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Everything Animals: How to pick the perfect puppy - WCAX.COM Local Vermont News, Weather and Sports-

Everything Animals: How to pick the perfect puppy

Huntington, Vermont - September 7, 2010

When it comes to picking the perfect puppy, going with the first one that catches your eye isn't necessarily the best way to go. They may all look cute, but their temperament can be completely different.

Puppy behavior is usually classified as one of four types: normal, dominant, submissive and independent.

"Once you decide that you're going to get a puppy, you want to make sure it's the right dog for you and your family," Lisa Haynes of Save Our Strays says, "and there are a couple of different tests you can go through to tell what kind of puppy you're getting."

Haynes says it's best to perform these tests when a puppy is between eight and 12 weeks old, before they're too socialized.

"The first thing to do is just observe the puppies in a group," she says. "This way you can tell which ones are more dominant, which ones are the leaders, and which ones are more passive."

There are then a number of tests to perform that will help further pinpoint a puppy's personality.

1) Rollover. Pick the puppy up and roll them on their back. Hold them for 30 seconds to see how they react. This is to determine how a puppy accepts stress while being dominated. A normal dog will resist at first but then relax with some eye contact. A dominant dog will struggle the whole time, perhaps being vocal or even nipping. A submissive dog will not resist at all and will be affectionate. An independent dog doesn't resist but won't make eye contact.

2) Petting. Stand the puppy on all fours and firmly pet him from head to tail. This is to determine the degree of social dominance. A normal dog will cuddle up next to you and try to lick your face. A dominant dog will jump up, paw and try to nip you. A submissive dog will roll on his back and lick your hands. An independent dog will walk away and stay away.

"Generally if they calm down nice and soft that's a pretty good sign that you're not going to be with an over-dominant puppy," Haynes says.

3) Kneel and clap. Kneel five feet away from the puppy and clap your hands. This is to determine the degree of social attraction, confidence or dependence. A normal dog will come easily with their tail up. A dominant dog will come easily and then jump, paw or nip at you. A submissive dog will hesitate and then come with his tail down. An independent dog will not come at all.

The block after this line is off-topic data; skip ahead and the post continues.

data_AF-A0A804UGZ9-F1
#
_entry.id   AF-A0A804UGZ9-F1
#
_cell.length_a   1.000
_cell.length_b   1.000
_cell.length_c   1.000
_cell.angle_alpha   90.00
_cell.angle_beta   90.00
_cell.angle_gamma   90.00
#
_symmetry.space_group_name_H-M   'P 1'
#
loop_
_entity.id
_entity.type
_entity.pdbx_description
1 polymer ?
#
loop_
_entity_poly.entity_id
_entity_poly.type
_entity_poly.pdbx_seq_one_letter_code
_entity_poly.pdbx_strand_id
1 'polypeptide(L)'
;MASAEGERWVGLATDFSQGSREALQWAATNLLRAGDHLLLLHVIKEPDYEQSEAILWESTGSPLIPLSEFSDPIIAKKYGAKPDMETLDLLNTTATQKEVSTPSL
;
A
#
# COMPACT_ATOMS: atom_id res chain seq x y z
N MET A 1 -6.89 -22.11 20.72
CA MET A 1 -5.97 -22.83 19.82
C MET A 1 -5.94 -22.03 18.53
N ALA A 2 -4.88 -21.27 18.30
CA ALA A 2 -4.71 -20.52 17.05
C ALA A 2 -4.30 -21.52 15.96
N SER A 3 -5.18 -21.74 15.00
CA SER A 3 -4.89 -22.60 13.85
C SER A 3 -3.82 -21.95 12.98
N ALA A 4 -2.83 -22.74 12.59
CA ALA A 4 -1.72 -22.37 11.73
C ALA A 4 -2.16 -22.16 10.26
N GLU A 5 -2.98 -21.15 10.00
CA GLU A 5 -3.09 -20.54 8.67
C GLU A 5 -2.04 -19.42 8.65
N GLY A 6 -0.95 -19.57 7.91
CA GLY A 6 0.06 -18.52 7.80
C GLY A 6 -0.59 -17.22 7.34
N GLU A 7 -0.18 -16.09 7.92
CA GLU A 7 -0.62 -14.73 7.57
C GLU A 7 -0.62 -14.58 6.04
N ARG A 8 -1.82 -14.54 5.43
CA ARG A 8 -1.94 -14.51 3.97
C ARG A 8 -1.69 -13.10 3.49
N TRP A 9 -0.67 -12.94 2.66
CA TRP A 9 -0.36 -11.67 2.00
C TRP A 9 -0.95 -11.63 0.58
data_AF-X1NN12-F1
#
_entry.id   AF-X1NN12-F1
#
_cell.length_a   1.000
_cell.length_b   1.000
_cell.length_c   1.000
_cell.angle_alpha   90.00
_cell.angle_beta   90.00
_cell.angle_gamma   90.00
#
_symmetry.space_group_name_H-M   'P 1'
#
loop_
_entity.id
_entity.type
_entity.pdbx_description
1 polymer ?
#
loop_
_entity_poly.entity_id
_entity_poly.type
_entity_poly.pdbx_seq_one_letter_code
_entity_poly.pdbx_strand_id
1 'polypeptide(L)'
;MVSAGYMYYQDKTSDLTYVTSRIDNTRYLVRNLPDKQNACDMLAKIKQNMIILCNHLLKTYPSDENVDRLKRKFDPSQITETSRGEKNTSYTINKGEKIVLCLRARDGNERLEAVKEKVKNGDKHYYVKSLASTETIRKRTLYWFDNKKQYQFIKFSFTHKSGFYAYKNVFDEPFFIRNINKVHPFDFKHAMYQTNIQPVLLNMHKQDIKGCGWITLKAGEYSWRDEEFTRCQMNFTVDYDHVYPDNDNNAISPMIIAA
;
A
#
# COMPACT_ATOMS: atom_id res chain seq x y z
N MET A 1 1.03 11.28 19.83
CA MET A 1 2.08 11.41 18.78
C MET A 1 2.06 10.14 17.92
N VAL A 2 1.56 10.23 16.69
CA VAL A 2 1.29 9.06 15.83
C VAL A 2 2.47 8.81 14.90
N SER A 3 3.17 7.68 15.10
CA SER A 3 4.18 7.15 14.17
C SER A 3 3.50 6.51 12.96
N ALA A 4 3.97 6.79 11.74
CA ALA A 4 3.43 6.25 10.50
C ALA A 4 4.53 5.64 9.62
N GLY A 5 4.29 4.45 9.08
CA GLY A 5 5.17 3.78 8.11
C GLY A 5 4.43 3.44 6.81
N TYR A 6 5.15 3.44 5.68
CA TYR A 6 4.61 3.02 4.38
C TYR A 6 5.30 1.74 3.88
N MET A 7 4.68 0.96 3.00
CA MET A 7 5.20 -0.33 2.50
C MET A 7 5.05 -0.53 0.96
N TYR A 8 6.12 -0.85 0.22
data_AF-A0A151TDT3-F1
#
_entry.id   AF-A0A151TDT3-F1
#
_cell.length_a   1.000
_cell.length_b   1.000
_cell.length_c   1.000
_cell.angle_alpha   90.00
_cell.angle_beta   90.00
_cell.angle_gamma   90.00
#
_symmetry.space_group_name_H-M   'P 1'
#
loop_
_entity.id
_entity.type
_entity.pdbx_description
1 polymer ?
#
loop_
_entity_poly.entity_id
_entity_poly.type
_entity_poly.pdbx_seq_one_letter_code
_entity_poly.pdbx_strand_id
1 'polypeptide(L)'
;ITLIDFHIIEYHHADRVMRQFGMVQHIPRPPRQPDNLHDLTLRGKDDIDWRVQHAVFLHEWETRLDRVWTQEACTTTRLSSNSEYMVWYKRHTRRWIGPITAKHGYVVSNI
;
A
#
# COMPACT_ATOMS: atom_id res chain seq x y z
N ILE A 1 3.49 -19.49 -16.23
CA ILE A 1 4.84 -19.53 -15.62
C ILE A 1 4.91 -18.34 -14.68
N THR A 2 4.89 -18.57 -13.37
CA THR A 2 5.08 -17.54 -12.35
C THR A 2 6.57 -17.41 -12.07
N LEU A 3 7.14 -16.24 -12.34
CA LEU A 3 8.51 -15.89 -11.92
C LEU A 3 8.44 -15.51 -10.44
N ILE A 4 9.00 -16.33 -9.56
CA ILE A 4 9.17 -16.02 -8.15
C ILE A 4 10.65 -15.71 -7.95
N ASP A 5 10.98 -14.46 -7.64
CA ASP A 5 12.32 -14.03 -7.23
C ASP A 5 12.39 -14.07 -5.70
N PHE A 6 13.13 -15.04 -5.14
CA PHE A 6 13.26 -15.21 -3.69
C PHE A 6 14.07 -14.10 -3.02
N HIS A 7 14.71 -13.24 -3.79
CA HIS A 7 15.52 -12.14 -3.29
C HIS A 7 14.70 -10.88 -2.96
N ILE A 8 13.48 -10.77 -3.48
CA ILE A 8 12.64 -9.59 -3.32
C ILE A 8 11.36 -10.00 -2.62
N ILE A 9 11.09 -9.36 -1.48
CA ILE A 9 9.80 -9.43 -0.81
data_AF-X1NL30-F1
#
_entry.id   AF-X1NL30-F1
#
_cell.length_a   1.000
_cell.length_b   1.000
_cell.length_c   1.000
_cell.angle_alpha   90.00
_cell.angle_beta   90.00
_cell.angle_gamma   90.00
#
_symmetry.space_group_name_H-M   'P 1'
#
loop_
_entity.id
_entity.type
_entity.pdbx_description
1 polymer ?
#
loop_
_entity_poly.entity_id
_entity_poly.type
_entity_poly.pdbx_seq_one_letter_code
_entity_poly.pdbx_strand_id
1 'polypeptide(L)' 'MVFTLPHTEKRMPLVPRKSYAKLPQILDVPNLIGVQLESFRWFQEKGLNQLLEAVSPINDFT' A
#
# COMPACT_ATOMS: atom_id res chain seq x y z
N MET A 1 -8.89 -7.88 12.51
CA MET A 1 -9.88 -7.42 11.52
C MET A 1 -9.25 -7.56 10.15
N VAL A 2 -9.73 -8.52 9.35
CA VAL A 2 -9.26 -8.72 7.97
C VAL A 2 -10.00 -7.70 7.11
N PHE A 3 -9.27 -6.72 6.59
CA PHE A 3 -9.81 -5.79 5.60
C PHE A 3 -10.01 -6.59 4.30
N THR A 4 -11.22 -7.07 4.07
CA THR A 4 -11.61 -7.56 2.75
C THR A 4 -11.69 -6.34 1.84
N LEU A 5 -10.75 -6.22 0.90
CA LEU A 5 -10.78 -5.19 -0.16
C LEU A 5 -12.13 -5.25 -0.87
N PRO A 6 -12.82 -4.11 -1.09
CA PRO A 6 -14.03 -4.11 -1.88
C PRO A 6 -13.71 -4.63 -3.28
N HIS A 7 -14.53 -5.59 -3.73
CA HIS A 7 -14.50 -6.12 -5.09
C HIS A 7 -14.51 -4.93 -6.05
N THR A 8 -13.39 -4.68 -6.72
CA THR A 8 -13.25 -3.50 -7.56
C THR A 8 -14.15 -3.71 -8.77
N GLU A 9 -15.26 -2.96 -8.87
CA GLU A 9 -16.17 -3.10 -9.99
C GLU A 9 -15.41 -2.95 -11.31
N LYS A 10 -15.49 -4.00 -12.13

4) Playing with a toy. Use a ball or toy to get the puppy's attention and roll it across the floor. Try to get the puppy to go after it and bring it to you. This is to determine their degree of willingness to work with a person. A normal dog will go after the toy and carries it away to chew on, but will let you take it from him. A dominant dog will get it, carry it away and growl or refuse to give it up. A submissive dog is nervous about the toy and is hesitant to go near it. An independent dog will show little or no interest in the toy.

"Sometimes they make a growling sound that sounds not like a play growl," Haynes says. "The one that growls more to try to get the toy away from the others is a more dominant puppy."

5) Facial interaction. Hold the puppy up near your face and try to make eye contact with the dog, sometimes saying 'puppy' to get their attention. A normal dog will interact with your facial expressions, lifting their ears and eyes in reaction, and make eye contact with you. A dominant dog will sometimes look you in the eye but will mostly struggle to get away and maybe nip your nose. A submissive dog won't fight being held and will be affectionate. An independent dog won't resist but won't make eye contact.

Haynes says these are just a few of the tests that can be done and these are geared toward companion and family animals. There are tests for working dogs and assistance animals, which look for different characteristics.

Here are a few puppy tests you can find online:

  • www.nrta.com/breedforfoundation/temptest.html
  • www.dogskool.com/puppy-temperment-test.html
  • www.dogbreedinfo.com/articles/puppytemperamenttest.htm
  • www.workingdogs.com/testing_volhard.htm

Rachel Feldman - WCAX News

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